Medical questions & health advice by board certified doctors
"Is it normal to develop a heart murmur as an adult?"
After years of having a clean physical, my doctor says I might have a heart murmur. I'm confused because I'm always physically active, I eat a healthy diet and heart disease does not run in my family.
I recommend that you visit a cardiologist to discuss this. A heart murmur is a sound made by blood flowing through the heart in a turbulent way. After your doctor hears a heart murmur, figuring out what is causing the abnormal sound is the important question. In many cases (especially in young people), a heart murmur is a normal variation. In other words, there are many people that have them, and they are of no consequence and represent no pathology or disease. In some cases, a heart murmur might mean an enlarged heart (hypertrophic heart). People with an enlarged heart might be a greater risk of sudden cardiac death or heart failure. Heart murmurs are sometimes due to an abnormality in a valve of the heart. Because it's sometimes hard to tell what is causing a murmur, additional tests usually need to be done. Again, I suggest that you schedule an appointment with a cardiologist. The cardiologist is likely to listen to your heart carefully first before performing any additional tests. This physical exam alone is often enough to tell what is causing the murmur. Nevertheless, in most cases, the doctor will want you to get an echocardiogram (an ultrasound of the heart). This is probably the "additional test" your doctor wants you to have. An echocardiogram is a non-invasive imaging test of the heart that only involves an ultrasound probe being placed on the chest.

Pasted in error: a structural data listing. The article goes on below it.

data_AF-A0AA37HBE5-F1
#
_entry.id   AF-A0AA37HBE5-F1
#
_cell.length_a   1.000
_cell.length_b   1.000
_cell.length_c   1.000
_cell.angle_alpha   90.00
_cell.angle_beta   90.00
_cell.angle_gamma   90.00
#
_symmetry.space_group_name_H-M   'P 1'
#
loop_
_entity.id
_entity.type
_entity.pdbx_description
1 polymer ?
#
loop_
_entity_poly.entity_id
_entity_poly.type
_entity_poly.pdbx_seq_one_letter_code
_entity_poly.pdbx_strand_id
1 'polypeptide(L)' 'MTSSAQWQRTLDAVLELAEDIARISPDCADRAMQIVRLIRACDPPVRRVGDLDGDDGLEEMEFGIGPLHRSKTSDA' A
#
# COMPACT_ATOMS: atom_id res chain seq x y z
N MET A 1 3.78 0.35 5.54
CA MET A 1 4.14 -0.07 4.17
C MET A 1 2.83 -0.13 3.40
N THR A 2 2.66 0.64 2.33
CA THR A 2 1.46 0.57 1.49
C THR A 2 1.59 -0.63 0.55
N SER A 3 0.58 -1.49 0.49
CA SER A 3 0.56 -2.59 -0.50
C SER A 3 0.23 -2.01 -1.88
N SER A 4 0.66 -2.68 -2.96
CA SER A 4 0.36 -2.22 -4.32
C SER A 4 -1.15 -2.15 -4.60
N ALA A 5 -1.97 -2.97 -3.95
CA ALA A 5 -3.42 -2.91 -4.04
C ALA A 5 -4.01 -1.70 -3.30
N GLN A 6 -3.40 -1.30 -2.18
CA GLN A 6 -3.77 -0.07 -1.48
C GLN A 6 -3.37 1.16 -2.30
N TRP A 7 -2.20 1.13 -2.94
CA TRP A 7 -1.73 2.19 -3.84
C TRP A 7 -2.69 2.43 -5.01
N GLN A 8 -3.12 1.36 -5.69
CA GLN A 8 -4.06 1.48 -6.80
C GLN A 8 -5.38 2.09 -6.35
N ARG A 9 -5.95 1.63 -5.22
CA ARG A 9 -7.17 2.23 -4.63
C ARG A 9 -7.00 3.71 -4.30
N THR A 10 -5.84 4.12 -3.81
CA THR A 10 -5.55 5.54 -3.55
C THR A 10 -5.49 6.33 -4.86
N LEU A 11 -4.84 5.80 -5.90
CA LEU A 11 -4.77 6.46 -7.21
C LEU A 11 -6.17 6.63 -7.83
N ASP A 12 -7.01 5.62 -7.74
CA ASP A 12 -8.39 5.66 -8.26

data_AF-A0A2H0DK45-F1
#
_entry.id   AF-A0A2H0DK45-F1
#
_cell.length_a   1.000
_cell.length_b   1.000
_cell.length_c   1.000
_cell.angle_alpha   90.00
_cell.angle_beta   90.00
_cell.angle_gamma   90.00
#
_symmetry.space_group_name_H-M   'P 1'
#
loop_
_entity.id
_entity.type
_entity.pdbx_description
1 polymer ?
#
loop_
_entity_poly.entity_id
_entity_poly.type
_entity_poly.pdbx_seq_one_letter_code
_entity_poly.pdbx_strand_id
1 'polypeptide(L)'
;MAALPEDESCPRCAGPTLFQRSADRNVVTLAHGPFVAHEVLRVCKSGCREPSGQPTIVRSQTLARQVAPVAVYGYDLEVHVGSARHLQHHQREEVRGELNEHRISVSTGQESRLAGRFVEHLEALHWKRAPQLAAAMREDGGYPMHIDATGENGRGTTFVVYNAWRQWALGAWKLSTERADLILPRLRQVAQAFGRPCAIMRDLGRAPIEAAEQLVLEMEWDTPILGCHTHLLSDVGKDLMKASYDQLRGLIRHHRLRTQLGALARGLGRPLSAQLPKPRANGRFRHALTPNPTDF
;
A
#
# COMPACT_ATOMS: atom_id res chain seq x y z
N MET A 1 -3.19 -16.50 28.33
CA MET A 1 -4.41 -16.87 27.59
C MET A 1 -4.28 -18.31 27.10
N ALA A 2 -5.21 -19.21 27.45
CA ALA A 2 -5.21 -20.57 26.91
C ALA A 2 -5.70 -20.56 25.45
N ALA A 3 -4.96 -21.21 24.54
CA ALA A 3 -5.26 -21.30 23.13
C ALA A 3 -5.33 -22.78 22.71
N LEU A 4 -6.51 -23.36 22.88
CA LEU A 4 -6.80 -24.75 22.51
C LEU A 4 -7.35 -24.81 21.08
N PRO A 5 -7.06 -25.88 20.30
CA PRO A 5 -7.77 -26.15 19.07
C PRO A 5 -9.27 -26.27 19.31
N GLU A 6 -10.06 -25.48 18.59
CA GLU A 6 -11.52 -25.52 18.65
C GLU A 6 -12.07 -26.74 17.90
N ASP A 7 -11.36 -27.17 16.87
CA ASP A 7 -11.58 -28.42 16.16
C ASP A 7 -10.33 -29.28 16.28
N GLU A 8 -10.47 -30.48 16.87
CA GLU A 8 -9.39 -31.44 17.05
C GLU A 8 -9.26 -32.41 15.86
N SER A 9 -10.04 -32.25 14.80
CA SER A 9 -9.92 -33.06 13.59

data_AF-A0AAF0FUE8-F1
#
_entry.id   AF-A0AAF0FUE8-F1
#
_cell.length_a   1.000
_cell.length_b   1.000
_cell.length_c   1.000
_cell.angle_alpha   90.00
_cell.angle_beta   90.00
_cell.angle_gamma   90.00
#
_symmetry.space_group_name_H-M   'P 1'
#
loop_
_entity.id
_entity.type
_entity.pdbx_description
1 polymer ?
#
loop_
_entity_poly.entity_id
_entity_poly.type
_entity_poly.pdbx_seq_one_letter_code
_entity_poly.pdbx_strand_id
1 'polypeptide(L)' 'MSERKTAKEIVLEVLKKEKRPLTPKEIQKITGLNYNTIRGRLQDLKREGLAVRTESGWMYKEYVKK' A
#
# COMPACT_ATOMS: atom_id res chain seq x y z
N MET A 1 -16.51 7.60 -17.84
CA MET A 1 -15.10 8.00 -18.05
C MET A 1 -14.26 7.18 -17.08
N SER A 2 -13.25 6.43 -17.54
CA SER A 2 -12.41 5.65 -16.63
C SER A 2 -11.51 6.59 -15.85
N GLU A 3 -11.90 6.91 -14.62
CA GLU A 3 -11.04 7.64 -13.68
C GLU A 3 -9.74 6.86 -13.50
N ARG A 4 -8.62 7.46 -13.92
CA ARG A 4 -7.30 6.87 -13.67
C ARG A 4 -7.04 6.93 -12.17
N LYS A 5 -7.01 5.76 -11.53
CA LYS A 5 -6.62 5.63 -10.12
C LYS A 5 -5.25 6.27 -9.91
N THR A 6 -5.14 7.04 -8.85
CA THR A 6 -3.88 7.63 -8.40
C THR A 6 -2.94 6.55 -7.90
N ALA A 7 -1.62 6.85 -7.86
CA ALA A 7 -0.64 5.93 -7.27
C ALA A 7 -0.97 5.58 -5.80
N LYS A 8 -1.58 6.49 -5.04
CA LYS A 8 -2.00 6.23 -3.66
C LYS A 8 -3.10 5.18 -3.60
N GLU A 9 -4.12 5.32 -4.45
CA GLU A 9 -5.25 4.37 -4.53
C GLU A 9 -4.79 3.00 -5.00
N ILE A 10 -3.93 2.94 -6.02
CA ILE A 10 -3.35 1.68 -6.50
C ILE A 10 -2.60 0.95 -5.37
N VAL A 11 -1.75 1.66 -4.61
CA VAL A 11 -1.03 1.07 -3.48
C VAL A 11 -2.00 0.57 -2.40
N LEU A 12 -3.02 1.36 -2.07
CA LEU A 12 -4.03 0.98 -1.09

Need more info?See a cardiologist today
Zocdoc Answers is for general informational purposes only and is not a substitute for professional medical advice. If you think you may have a medical emergency, call your doctor (in the United States) 911 immediately. Always seek the advice of your doctor before starting or changing treatment. Medical professionals who provide responses to health-related questions are intended third party beneficiaries with certain rights under Zocdoc’s Terms of Service.